Reply
  • 12. Jason  |  January 13, 2010 at 3:42 am

    One other thought: I also added this to the -(void)viewDidUnload selector (in WebViewController) to clean up:

    mWindow = (TapDetectingWindow *)[[UIApplication sharedApplication].windows objectAtIndex:0];
    mWindow.viewToObserve = nil;
    mWindow.controllerThatObserves = nil;

    Don’t want to leave any “listeners” going after the ctrl dies off – plus that view being watched needs to get released.

    Reply
  • 13. spottygrades  |  January 15, 2010 at 9:42 am

    hey thanks for the workaround!

    Reply
  • 14. Monika  |  February 7, 2010 at 6:03 am

    Great job, very useful indeed!

    Now how would one go about sending the word where the tap happened instead of the point?

    Reply
  • 15. Jack  |  February 9, 2010 at 11:38 pm

    First of all, thanks a lot for this. Secondly – can someone explain to me what this piece of code does:

    if ([touch.view isDescendantOfView:viewToObserve] == NO){
    return;
    }

    Thanks

    Reply
    • 16. Jobs  |  March 21, 2010 at 9:33 pm

      to capture events for webView(var:viewToObserve)

      Reply
  • 17. AlexT  |  March 8, 2010 at 5:52 pm

    Thanks for this post. Would you show me how to write the -userDidTapWebView method?

    Reply
  • 18. dRine  |  March 11, 2010 at 2:49 am

    Hi,

    Thanks for this very useful tutorial. I’ve searched a lot to do that. But now I need to handle other events. I would like to detect swipes. Could you help me ?
    I know how to detect swipes in a “classic” view, I just don’t know how to do in yours.

    Thanks in advise

    Reply
  • 19. dRine  |  March 11, 2010 at 2:20 pm

    Ok, I’ve separated the three phases :

    In UITouchPhaseBegan, I put in memory the touch position.
    For phases != UIPhaseBegan && != UITouchPhaseEnded, I test the direction of the touch with the memorized start touch position. I test if the direction stays the same all long (only from the start touch position).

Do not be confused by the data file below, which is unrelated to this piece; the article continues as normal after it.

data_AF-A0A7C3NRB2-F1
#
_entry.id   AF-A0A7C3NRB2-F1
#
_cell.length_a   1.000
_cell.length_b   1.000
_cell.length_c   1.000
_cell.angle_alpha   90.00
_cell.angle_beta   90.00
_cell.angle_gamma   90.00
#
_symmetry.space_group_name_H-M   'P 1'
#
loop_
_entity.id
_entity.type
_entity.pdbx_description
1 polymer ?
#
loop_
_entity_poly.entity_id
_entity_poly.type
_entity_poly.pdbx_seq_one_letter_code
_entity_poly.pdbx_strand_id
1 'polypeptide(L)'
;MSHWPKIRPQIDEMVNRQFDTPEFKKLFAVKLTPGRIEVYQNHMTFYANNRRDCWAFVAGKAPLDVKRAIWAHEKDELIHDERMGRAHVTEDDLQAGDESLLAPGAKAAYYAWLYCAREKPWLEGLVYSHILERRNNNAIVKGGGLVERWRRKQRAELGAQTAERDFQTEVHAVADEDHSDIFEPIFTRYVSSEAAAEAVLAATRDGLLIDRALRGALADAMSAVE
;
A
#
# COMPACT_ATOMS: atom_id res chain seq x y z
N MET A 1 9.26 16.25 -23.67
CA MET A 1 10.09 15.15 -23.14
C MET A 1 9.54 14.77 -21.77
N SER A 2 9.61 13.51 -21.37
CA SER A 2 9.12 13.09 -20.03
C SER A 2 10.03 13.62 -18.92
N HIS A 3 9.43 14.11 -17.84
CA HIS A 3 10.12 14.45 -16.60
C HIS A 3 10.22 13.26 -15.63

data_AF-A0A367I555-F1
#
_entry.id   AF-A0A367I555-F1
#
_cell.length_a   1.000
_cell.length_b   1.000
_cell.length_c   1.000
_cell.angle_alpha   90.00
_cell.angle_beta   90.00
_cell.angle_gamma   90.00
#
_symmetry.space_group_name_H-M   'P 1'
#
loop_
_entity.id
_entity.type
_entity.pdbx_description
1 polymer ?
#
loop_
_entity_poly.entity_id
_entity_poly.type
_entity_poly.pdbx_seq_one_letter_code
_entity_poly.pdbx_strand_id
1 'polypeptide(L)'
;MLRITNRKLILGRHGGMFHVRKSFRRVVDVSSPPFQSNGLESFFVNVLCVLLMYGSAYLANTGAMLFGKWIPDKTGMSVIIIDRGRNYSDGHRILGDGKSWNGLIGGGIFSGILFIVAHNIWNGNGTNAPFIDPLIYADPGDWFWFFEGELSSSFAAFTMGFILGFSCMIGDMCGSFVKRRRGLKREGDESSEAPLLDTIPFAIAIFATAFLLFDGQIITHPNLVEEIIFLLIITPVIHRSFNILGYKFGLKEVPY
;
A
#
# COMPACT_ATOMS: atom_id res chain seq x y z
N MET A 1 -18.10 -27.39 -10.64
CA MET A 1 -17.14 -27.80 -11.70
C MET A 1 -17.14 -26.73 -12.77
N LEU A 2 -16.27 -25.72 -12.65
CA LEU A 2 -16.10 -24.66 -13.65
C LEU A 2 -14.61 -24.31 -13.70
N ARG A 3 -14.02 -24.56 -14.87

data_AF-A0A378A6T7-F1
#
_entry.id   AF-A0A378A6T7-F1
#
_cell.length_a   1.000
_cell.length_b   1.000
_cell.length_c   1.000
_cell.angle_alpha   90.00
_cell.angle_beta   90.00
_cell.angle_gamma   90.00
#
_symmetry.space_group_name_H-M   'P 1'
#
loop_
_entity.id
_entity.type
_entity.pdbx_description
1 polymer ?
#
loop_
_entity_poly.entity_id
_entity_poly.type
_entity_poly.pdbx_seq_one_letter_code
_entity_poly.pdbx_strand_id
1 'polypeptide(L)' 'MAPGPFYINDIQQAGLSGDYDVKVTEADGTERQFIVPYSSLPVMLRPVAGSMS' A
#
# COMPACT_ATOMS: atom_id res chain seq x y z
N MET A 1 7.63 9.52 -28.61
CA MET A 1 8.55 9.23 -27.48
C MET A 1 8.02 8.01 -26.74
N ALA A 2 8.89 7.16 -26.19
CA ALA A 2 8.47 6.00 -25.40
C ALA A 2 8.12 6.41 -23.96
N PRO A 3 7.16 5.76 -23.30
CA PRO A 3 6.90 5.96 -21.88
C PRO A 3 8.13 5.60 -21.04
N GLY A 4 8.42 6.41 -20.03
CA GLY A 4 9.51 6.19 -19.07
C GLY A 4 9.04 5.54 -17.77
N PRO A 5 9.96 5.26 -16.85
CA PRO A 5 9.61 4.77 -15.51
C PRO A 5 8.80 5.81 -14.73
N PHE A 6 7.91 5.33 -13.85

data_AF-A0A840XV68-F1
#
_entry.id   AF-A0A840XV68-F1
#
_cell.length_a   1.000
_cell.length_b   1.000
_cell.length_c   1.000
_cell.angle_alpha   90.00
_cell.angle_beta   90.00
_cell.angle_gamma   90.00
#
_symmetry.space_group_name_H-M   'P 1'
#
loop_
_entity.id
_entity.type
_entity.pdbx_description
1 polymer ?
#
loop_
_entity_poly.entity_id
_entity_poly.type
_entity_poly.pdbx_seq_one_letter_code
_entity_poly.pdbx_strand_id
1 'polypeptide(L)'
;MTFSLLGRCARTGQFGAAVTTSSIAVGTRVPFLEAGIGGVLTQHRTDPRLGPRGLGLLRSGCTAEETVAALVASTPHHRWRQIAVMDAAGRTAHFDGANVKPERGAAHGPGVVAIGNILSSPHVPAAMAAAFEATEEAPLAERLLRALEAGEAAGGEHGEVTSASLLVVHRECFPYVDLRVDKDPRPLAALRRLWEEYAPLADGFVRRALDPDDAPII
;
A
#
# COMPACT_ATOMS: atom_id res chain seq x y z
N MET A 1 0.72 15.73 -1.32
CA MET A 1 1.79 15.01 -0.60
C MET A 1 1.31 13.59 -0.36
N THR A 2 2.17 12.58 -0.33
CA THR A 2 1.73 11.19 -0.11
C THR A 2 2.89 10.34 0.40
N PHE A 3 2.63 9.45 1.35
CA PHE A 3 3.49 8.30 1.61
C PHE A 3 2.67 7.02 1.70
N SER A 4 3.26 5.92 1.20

If the direction is the same all long, in the TouchPhaseEnded, I transmit the action to do.

    Thanks a lot for the article, very helpful !

    Reply
  • 20. Matt Long  |  March 27, 2010 at 3:20 am

    Thanks for this. It works well and without any private API hacks. I appreciate it.

    -Matt

    Reply
  • 21. Harry  |  April 20, 2010 at 4:54 am

    Massively helpful, thanks- worked fine first time.

    Reply
  • 22. Chris  |  April 29, 2010 at 11:03 pm

    I’ve implemented this and it works. However, the copy and paste functionality seems to have disappeared? Is this the behavior I should expect? I’d like to keep Copy and Paste working in the web view.

    Reply
    • 23. Chris  |  April 30, 2010 at 12:52 am

      Never mind. It seems when you load up nytimes.com in Safari, it doesn’t let you copy and paste for some strange reason.

      Reply
  • 24. Saving an Image from UIWebView | Steili.com  |  May 1, 2010 at 8:37 am

    [...] a huge PITA to handle touches in a UIWebView? Like to the point where you’re either having to sub-class UIWindow to trap touches or you’re having to add a view above the UIWebView. I’m going to leave [...]

    Reply
  • 25. Markus  |  May 31, 2010 at 8:53 pm

    Hi!

    First things first: thanks for posting your way of doing it.

    I tried your solution but autorotation stopped working for me.